May you live in interesting times.
So goes the reputed Chinese curse.
In education, we are living in interesting times, indeed. One of the prominent voices sounding a warning is that of Diane Ravitch. A Research Professor of Education at New York University and a former Assistant Secretary of Education in the first Bush administration, Ravitch helped craft the No Child Left Behind Act and was optimistic that the school reforms it engendered testing, accountability, choice would benefit American school children. However, as the reforms were implemented, Ravitch realized that they were doing far more harm than good.
Last week she spoke to faculty, students and guests at several events at UNC Charlotte, highlighting some of the damage of the school reform movement.
For example, the curriculum under NCLB has narrowed, with less time or even none spent on disciplines that are not assessed by standardized tests.
Although many of the school reformers come from a business background, school districts which tried to overlay a business model onto education using competition between teachers for merit pay or tying student performance to teacher evaluations wasted money, demoralized their staff, and showed no improvement in student achievement.
As money was offered as incentives for raising student test scores, cheating scandals rocked several districts. Schools that didnt make Adequate Yearly Progress measured by standardized testing were taken over or closed, with disruption for communities, most of them in poor urban areas.
Profiteers stepped up to push legislators to divert public funds to for-profit charters and to private schools through vouchers, arguing that the American system of public education was in freefall, a wholesale failure.
That message was always a lie fueled in part by a serious misunderstanding of what standardized tests can and do measure. American children coming from middle-class and wealthy homes are getting a good education in public schools as good as the best schools in the world. Children living in poverty are not getting an equitable education, their schools unable to compensate for the deficits in material goods, health, and opportunities other children enjoy.
You wont hear that from the corporate reformers, however. Theres simply too much money being made with new curricula, tests, prep materials, and tuition.
Interesting times and not good ones for American students.
That wasnt the message I wanted to deliver to the first-year teachers in my district this week. As part of their professional development, they have been meeting regularly during the year to talk about their concerns and to read some of my Observer columns published as Notes from a Classroom. The administrator responsible for the group asked me to attend their final gathering to answer any questions they might have about the book.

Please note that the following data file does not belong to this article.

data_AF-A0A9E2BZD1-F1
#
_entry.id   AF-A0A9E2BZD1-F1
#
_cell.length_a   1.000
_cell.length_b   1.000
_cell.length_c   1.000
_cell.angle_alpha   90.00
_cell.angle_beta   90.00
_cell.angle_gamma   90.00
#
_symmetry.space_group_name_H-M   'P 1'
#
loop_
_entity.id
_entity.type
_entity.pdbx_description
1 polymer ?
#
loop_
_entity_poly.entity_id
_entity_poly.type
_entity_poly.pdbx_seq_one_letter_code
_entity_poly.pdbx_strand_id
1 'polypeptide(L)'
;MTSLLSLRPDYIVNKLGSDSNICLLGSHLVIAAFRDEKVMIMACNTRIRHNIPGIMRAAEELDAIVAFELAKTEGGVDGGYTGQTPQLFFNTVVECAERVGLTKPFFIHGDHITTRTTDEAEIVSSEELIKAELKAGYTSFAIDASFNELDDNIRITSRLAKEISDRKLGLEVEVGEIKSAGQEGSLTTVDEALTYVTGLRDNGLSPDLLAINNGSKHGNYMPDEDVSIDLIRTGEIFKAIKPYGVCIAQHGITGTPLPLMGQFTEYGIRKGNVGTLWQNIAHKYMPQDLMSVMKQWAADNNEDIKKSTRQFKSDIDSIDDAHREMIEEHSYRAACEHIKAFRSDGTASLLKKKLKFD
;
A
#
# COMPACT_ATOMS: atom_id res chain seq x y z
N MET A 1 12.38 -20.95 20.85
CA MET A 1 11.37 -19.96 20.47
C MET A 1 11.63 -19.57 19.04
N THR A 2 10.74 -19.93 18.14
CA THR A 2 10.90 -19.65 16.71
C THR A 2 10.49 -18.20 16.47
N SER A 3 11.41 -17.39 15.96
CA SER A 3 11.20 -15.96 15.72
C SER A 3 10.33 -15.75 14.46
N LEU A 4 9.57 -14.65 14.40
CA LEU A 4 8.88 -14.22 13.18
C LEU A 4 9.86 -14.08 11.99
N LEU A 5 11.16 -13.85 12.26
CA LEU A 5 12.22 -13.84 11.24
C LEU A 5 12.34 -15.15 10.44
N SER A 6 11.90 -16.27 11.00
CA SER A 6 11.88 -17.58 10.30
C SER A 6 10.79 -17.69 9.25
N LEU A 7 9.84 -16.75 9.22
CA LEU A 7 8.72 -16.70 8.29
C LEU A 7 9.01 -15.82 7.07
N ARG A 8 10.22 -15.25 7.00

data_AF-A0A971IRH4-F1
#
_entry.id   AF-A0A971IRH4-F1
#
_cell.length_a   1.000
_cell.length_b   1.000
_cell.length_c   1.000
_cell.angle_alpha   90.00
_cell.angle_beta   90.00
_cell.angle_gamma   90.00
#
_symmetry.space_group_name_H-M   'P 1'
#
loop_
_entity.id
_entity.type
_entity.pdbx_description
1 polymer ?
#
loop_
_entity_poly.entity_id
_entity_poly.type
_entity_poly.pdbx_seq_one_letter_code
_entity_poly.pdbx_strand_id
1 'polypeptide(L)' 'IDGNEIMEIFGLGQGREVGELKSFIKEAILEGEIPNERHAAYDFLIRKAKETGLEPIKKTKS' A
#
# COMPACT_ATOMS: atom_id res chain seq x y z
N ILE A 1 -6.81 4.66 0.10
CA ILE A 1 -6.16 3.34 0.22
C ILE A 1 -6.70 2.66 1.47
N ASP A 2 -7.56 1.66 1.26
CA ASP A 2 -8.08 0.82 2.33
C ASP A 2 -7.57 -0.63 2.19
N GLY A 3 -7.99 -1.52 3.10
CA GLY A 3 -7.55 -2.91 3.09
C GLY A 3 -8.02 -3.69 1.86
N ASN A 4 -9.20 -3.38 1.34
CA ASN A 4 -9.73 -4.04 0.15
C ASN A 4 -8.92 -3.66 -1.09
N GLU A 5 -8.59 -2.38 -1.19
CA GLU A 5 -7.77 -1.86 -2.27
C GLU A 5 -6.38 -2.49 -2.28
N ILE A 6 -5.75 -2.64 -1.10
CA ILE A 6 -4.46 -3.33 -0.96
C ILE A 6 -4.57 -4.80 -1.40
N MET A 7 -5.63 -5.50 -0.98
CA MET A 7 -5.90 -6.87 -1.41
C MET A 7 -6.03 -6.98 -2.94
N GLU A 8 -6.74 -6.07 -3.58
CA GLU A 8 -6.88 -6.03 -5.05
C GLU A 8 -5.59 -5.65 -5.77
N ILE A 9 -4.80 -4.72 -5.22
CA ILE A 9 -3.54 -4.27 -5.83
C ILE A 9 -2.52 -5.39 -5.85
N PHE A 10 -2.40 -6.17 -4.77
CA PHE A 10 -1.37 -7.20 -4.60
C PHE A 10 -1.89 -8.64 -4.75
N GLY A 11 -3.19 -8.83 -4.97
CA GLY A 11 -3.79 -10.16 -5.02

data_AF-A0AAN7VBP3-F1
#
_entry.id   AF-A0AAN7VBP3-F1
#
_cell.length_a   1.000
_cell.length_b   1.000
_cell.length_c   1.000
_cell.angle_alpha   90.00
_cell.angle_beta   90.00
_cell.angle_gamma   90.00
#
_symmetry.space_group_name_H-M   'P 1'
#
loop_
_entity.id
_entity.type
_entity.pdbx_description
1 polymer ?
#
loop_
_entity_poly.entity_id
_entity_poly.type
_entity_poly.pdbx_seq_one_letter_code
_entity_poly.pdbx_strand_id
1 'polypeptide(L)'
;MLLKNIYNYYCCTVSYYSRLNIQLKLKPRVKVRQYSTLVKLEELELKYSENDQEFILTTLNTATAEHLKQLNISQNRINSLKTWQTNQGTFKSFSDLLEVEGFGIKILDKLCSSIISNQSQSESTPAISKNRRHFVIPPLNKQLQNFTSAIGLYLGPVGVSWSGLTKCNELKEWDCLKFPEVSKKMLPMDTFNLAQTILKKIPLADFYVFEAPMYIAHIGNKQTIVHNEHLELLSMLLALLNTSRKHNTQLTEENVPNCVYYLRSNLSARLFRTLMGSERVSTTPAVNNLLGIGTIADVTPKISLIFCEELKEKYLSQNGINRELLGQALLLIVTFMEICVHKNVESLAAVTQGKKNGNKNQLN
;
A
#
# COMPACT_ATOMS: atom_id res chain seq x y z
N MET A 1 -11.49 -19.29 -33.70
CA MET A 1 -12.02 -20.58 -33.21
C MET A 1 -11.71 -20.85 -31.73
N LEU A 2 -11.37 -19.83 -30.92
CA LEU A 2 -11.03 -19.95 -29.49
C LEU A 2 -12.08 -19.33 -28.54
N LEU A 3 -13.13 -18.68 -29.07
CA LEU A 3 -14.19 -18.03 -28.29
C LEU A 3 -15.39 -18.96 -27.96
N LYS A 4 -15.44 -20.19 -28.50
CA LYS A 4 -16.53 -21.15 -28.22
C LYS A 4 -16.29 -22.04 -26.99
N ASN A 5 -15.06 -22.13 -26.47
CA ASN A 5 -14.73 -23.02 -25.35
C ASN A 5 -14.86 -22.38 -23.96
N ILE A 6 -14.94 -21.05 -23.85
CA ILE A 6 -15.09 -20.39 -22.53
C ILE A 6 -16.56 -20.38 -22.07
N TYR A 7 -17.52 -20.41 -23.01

It was late afternoon and the teachers looked exhausted. No wonder. Theyve been working overtime to master their content while learning how to effectively manage a classroom even as budget cuts and a serious shortfall in revenue has meant furloughs and layoffs in our district.
As I looked around the room, I saw two of my former students, bright women who have spent their first year dealing with students with serious behavior problems and physical disabilities. I heard one kindergarten teacher express her frustration that she cant give her 27 five-year-olds the attention they require. Another teacher worried that her third graders have little motivation to succeed academically.
If they were hoping I could reassure them that teaching gets easier the longer you do it, I disappointed them. In my experience, every student, every class, is a unique challenge. More days than not I feel like Im treading water, extending a great deal of energy keeping my head above the waves. That half of all teachers quit the profession in the first five years is not a surprise.
That so many of us stay is.
What I wanted to tell those first-year teachers was that despite these interesting times when the corporate reform movement has led to the unfair blaming and demonizing of teachers, when a national curriculum is being rolled out without being field tested, when school districts are furloughing and laying off teachers and staff and cutting programs students are more than numbers, that teachers are not now and never will be mere cogs in a machine.
I wanted to reassure them that even on our least rewarding and most challenging days, some child needs us to be there.
That although they pretend to be indifferent travelers through our classrooms, students carry us with them into the future.
That when we feel no one is listening, we are witnesses to what is happening in our schools, with a story that needs to be told.
Guest columnist Kay McSpadden is a high school English teacher in York, S.C., and author of Notes from a Classroom: Reflections on Teaching. Write her at firstname.lastname@example.org.
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